“At St Mungo’s we recognise that these solutions involve housing, but also, crucially, services for physical and mental health, substance misuse treatment, skills and work.
“The starting point for our work is the belief that sleeping on the streets is dangerous and harmful to people’s health, regardless of where you are from.
“People can have complex situations and we would always work with each person with dignity and respect to help them move away from the street for good.”
A spokesperson for the Mayor of London’s office told the Guardian: “We fund routes home, which is £599,406 a year, and contract manage St Mungo’s to provide the service.
“Some of these rough sleepers who include asylum seekers and refugees may be eligible for support in the UK while others are not and are returned to their home countries.”
We explore all options in terms of employment and housing, and have helped hundreds of rough sleepers in the past 12 months. Change, Grow, Live
In a statement sent to HuffPost UK, Change, Grow, Live (CGL) said: “Change, grow, live (CGL) do all we can to help rough sleepers to get help, regardless of their background or nationality.
“We explore all options in terms of employment and housing, and have helped hundreds of rough sleepers in the past 12 months.
“We work with a number of local authorities and statutory agencies around the country to reduce the risks faced by rough sleepers and find solutions to their sometimes complex needs.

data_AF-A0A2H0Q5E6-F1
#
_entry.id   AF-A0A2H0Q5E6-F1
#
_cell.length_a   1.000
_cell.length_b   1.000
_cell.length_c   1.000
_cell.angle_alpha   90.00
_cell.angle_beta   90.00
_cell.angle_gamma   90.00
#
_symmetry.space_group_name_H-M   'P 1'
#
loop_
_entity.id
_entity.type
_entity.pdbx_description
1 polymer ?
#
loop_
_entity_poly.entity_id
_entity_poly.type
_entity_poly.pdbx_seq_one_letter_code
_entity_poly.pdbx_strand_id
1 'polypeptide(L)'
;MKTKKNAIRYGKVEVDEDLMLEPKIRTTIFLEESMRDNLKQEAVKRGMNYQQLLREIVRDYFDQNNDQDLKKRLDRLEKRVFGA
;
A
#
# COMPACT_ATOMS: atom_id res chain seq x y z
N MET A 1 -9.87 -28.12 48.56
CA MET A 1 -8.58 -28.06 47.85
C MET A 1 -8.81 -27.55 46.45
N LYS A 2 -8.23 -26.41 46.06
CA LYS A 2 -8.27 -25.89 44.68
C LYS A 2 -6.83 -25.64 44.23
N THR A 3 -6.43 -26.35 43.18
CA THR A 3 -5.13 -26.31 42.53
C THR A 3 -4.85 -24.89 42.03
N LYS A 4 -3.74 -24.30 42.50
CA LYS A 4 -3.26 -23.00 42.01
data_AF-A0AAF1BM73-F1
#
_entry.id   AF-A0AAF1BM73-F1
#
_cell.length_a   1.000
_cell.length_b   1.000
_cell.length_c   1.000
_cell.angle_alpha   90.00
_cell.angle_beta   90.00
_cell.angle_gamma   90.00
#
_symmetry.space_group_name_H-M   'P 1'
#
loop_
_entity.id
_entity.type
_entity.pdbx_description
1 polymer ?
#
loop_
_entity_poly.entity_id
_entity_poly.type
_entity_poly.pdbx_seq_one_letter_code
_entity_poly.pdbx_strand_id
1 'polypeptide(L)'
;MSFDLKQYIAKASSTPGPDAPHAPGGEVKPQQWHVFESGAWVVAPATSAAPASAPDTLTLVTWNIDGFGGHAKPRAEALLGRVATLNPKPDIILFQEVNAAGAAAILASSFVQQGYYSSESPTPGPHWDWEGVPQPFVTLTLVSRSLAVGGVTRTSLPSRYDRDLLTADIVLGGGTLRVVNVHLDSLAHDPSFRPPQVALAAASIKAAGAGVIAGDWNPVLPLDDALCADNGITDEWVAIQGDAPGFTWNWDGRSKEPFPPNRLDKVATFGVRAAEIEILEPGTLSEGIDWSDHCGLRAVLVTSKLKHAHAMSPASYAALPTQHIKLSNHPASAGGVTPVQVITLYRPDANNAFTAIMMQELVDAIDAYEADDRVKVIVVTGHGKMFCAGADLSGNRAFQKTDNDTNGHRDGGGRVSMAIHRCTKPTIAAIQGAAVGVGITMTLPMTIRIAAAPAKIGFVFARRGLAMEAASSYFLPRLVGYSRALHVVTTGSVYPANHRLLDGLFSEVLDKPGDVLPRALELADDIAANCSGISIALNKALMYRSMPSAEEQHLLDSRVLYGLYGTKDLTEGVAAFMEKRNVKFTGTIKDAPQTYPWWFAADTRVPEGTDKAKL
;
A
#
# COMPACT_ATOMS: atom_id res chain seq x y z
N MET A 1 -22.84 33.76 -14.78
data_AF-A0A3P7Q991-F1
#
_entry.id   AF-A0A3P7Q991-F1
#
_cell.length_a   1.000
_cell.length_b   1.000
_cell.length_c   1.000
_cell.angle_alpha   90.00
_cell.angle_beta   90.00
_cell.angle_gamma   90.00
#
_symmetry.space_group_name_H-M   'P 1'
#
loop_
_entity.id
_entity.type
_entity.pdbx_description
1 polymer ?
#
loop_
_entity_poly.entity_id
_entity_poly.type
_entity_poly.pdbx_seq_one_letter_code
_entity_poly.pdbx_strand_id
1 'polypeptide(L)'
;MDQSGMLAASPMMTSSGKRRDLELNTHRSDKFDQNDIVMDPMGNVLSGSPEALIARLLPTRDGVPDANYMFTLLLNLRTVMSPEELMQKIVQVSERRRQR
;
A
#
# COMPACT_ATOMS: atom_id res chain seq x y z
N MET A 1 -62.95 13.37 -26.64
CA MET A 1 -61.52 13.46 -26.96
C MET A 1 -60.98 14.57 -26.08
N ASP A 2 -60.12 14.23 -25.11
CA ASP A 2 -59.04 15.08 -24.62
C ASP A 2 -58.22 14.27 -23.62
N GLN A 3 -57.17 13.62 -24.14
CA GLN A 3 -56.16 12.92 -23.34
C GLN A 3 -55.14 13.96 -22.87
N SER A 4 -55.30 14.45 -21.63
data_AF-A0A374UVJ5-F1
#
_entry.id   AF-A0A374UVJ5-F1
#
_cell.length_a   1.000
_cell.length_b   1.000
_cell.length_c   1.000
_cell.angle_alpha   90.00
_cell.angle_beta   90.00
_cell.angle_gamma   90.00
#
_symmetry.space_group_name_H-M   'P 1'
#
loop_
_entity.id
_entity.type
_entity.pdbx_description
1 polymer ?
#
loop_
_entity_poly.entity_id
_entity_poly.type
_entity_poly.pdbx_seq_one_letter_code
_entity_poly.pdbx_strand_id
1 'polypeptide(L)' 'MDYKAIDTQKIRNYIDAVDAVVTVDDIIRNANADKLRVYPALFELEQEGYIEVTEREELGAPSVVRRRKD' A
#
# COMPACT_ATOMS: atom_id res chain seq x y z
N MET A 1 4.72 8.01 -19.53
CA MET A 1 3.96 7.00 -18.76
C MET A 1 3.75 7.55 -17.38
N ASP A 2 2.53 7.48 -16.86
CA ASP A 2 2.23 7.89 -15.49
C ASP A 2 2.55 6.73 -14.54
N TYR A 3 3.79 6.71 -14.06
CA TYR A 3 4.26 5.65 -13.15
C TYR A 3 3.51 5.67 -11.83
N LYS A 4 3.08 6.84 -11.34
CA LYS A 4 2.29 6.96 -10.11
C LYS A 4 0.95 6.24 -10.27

Change, Grow, Live (CGL) said that should employment or housing not be found for an EU national, it would “offer supported reconnection to that home country or somewhere they have relatives, and liaise with services there to ensure they have a place to go.”
“When there is no other option and the person has refused reconnection, they are unable to work and cannot be housed, there is little alternative to them going back to their home country,” it added.
[Chain] provides data relating to the location of rough sleepers including migrant rough sleepers. Home Office
A Home Office spokesperson told the Guardian: “The GLA holds a large database of homeless people in the capital – The Combined Homelessness and Information Network (Chain). Its analysis is made available to the Home Office by the GLA.
“It provides data relating to the location of rough sleepers including migrant rough sleepers.
“We do not publish figures for the number of individuals found during rough-sleeping operations, and are unable to discuss ongoing operational activity for security reasons.”
And in a statement sent later to HuffPost UK, it added: “It is unacceptable for anyone to come to the UK with the intention of sleeping rough and/or to beg on the streets to support themselves.
“Those who are encountered rough sleeping may be misusing their free movement rights. We will take action, including removal from the UK where appropriate, against EEA nationals who refuse to find alternative accommodation.
“We work closely with local councils and homelessness outreach services to ensure that those who are vulnerable receive the care they need.”
HuffPost UK has contacted the mayor of London’s office for further comment.